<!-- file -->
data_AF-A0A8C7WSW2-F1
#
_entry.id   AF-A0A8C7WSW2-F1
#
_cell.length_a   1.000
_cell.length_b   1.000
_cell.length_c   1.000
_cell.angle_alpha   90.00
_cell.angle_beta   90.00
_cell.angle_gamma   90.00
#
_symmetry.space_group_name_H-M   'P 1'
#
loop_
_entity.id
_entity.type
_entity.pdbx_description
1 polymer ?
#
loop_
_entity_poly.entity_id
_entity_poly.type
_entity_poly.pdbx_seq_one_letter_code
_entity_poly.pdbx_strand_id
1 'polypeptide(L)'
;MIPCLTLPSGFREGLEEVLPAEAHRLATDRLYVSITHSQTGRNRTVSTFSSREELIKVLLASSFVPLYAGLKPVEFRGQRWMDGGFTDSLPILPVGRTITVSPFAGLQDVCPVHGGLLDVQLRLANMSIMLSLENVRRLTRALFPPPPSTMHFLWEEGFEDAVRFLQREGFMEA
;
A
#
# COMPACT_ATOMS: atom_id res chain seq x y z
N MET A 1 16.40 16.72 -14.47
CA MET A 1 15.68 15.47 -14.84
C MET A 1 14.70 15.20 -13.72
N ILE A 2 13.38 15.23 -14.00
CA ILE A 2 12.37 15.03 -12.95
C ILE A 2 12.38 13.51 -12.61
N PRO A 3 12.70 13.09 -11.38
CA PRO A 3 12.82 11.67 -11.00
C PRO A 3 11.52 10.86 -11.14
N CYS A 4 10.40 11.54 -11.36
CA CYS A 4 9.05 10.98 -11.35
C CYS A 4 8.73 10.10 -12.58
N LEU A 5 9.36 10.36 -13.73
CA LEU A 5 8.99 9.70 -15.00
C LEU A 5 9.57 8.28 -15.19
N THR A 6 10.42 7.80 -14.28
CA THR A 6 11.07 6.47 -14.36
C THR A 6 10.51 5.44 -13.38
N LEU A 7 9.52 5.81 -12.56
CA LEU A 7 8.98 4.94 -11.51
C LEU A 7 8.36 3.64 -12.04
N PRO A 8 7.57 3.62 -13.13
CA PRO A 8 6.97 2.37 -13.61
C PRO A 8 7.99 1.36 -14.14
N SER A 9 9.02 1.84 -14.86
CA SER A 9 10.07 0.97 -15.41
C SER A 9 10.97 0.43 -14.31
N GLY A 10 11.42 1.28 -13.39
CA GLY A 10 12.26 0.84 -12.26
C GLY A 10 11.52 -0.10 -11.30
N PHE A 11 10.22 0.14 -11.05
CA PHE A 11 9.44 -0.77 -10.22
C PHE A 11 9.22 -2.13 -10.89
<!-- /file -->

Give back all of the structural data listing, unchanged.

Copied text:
data_AF-A0A8C7WSW2-F1
#
_entry.id   AF-A0A8C7WSW2-F1
#
_cell.length_a   1.000
_cell.length_b   1.000
_cell.length_c   1.000
_cell.angle_alpha   90.00
_cell.angle_beta   90.00
_cell.angle_gamma   90.00
#
_symmetry.space_group_name_H-M   'P 1'
#
loop_
_entity.id
_entity.type
_entity.pdbx_description
1 polymer ?
#
loop_
_entity_poly.entity_id
_entity_poly.type
_entity_poly.pdbx_seq_one_letter_code
_entity_poly.pdbx_strand_id
1 'polypeptide(L)'
;MIPCLTLPSGFREGLEEVLPAEAHRLATDRLYVSITHSQTGRNRTVSTFSSREELIKVLLASSFVPLYAGLKPVEFRGQRWMDGGFTDSLPILPVGRTITVSPFAGLQDVCPVHGGLLDVQLRLANMSIMLSLENVRRLTRALFPPPPSTMHFLWEEGFEDAVRFLQREGFMEA
;
A
#
# COMPACT_ATOMS: atom_id res chain seq x y z
N MET A 1 16.40 16.72 -14.47
CA MET A 1 15.68 15.47 -14.84
C MET A 1 14.70 15.20 -13.72
N ILE A 2 13.38 15.23 -14.00
CA ILE A 2 12.37 15.03 -12.95
C ILE A 2 12.38 13.51 -12.61
N PRO A 3 12.70 13.09 -11.38
CA PRO A 3 12.82 11.67 -11.00
C PRO A 3 11.52 10.86 -11.14
N CYS A 4 10.40 11.54 -11.36
CA CYS A 4 9.05 10.98 -11.35
C CYS A 4 8.73 10.10 -12.58
N LEU A 5 9.36 10.36 -13.73
CA LEU A 5 8.99 9.70 -15.00
C LEU A 5 9.57 8.28 -15.19
N THR A 6 10.42 7.80 -14.28
CA THR A 6 11.07 6.47 -14.36
C THR A 6 10.51 5.44 -13.38
N LEU A 7 9.52 5.81 -12.56
CA LEU A 7 8.98 4.94 -11.51
C LEU A 7 8.36 3.64 -12.04
N PRO A 8 7.57 3.62 -13.13
CA PRO A 8 6.97 2.37 -13.61
C PRO A 8 7.99 1.36 -14.14
N SER A 9 9.02 1.84 -14.86
CA SER A 9 10.07 0.97 -15.41
C SER A 9 10.97 0.43 -14.31
N GLY A 10 11.42 1.28 -13.39
CA GLY A 10 12.26 0.84 -12.26
C GLY A 10 11.52 -0.10 -11.30
N PHE A 11 10.22 0.14 -11.05
CA PHE A 11 9.44 -0.77 -10.22
C PHE A 11 9.22 -2.13 -10.89